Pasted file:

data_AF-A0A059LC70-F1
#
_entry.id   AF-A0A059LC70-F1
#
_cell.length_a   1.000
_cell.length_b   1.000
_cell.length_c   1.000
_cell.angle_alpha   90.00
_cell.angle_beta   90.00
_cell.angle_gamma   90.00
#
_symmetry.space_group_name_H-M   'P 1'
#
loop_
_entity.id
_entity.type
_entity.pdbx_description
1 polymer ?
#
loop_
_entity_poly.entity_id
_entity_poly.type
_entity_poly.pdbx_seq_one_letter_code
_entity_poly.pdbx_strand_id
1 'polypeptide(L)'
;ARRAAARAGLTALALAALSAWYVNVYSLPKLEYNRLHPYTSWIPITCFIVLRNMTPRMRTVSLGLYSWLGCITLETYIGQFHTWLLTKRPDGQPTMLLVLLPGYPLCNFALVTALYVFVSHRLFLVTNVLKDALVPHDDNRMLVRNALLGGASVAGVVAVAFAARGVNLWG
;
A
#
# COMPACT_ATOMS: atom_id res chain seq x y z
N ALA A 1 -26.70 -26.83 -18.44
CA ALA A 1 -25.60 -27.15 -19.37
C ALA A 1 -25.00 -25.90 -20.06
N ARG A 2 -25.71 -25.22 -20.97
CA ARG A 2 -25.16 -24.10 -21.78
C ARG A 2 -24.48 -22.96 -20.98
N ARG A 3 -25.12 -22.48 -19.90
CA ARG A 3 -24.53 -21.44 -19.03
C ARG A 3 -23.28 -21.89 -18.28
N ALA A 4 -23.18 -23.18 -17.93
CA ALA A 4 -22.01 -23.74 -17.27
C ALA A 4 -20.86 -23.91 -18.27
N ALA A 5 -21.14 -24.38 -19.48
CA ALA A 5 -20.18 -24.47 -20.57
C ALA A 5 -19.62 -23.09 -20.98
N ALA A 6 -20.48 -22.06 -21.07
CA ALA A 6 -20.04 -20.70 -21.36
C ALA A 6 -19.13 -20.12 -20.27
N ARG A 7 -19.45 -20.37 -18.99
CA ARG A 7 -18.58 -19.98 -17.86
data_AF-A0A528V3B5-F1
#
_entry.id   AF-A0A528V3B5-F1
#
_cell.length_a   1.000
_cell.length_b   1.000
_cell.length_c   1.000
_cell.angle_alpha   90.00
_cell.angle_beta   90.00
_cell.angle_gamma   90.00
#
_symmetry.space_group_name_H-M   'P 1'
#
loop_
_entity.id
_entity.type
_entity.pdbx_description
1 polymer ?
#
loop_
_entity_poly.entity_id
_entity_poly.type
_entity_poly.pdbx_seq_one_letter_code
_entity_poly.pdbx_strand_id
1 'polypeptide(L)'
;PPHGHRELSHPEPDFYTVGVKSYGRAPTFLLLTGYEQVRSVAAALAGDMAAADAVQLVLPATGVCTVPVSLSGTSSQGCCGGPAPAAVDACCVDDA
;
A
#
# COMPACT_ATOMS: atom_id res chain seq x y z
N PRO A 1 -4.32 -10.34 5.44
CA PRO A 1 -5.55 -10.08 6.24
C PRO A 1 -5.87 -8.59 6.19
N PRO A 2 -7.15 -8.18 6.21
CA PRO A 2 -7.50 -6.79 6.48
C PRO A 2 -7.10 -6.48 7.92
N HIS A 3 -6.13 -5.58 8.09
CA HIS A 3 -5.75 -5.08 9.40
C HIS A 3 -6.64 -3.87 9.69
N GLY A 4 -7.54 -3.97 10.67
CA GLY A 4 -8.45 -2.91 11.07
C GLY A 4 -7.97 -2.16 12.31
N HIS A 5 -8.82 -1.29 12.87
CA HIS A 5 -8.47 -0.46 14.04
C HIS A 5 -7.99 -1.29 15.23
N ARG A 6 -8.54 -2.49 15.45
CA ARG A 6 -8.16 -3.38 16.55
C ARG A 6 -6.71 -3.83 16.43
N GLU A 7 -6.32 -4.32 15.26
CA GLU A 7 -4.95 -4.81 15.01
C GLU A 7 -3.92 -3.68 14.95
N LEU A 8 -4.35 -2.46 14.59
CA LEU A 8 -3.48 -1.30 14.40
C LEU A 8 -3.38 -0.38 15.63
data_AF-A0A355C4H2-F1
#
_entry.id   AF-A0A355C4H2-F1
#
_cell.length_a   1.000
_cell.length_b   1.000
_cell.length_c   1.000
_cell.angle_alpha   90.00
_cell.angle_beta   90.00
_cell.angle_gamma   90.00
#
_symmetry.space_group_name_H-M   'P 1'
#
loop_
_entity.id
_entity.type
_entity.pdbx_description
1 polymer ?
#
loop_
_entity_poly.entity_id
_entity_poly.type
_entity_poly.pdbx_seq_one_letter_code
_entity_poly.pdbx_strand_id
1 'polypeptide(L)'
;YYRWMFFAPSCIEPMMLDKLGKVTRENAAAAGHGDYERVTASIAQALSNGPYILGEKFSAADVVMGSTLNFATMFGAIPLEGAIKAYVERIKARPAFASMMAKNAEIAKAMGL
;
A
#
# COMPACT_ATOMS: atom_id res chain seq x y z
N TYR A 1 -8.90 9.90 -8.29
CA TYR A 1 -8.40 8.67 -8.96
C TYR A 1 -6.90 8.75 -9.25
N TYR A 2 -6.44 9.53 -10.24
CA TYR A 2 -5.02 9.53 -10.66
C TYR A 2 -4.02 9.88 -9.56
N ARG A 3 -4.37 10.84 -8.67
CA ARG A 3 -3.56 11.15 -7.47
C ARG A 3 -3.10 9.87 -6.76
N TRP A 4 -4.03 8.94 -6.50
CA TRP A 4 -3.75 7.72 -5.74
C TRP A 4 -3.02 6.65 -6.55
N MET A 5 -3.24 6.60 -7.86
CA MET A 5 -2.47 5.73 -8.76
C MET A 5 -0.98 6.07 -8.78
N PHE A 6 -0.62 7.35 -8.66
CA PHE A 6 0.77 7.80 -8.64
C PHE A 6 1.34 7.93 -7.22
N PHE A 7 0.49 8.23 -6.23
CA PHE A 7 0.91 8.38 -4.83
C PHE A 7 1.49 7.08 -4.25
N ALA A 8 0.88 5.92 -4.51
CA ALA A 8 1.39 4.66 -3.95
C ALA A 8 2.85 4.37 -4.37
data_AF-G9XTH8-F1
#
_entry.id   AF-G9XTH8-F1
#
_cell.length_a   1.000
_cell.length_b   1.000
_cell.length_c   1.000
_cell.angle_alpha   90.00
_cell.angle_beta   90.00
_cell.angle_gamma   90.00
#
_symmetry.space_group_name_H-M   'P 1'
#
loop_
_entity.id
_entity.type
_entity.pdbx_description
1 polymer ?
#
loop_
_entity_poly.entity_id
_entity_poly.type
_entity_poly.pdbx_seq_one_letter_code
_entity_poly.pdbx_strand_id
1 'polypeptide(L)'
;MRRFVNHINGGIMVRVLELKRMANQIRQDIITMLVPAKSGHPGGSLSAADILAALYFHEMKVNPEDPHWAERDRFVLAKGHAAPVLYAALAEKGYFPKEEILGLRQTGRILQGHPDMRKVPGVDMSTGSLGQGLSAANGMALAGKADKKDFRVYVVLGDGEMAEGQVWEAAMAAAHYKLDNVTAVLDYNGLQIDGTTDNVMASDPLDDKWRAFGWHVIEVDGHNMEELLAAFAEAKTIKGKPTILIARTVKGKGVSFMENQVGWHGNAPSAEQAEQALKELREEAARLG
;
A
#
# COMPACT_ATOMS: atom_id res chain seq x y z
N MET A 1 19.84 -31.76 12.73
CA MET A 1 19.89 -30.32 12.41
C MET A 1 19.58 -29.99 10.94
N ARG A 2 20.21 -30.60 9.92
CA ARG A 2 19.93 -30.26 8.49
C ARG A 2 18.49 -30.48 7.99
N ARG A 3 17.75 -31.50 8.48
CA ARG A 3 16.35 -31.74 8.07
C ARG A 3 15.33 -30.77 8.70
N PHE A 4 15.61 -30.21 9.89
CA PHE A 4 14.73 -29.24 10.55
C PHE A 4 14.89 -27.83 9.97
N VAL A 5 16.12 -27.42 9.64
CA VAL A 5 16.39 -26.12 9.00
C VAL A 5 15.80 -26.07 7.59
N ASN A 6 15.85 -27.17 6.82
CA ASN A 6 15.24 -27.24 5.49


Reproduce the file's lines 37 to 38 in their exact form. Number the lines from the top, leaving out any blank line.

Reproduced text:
N ARG A 3 -25.12 -22.48 -19.90
CA ARG A 3 -24.53 -21.44 -19.03